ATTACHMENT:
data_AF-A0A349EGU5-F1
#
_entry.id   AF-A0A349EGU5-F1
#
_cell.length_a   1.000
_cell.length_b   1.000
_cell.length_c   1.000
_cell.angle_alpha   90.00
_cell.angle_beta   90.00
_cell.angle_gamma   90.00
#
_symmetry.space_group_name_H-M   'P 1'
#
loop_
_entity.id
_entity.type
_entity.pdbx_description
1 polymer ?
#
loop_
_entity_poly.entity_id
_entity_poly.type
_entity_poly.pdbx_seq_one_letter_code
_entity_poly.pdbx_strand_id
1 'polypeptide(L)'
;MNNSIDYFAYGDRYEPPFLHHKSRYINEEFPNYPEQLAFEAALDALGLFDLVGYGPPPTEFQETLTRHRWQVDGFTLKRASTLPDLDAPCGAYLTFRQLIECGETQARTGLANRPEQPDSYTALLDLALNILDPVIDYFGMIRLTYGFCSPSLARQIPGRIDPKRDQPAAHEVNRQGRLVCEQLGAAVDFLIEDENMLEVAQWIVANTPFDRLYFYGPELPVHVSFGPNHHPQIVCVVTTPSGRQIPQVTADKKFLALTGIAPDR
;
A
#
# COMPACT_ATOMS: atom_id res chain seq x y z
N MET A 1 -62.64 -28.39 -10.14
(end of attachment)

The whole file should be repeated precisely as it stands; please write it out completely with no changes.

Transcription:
data_AF-A0A349EGU5-F1
#
_entry.id   AF-A0A349EGU5-F1
#
_cell.length_a   1.000
_cell.length_b   1.000
_cell.length_c   1.000
_cell.angle_alpha   90.00
_cell.angle_beta   90.00
_cell.angle_gamma   90.00
#
_symmetry.space_group_name_H-M   'P 1'
#
loop_
_entity.id
_entity.type
_entity.pdbx_description
1 polymer ?
#
loop_
_entity_poly.entity_id
_entity_poly.type
_entity_poly.pdbx_seq_one_letter_code
_entity_poly.pdbx_strand_id
1 'polypeptide(L)'
;MNNSIDYFAYGDRYEPPFLHHKSRYINEEFPNYPEQLAFEAALDALGLFDLVGYGPPPTEFQETLTRHRWQVDGFTLKRASTLPDLDAPCGAYLTFRQLIECGETQARTGLANRPEQPDSYTALLDLALNILDPVIDYFGMIRLTYGFCSPSLARQIPGRIDPKRDQPAAHEVNRQGRLVCEQLGAAVDFLIEDENMLEVAQWIVANTPFDRLYFYGPELPVHVSFGPNHHPQIVCVVTTPSGRQIPQVTADKKFLALTGIAPDR
;
A
#
# COMPACT_ATOMS: atom_id res chain seq x y z
N MET A 1 -62.64 -28.39 -10.14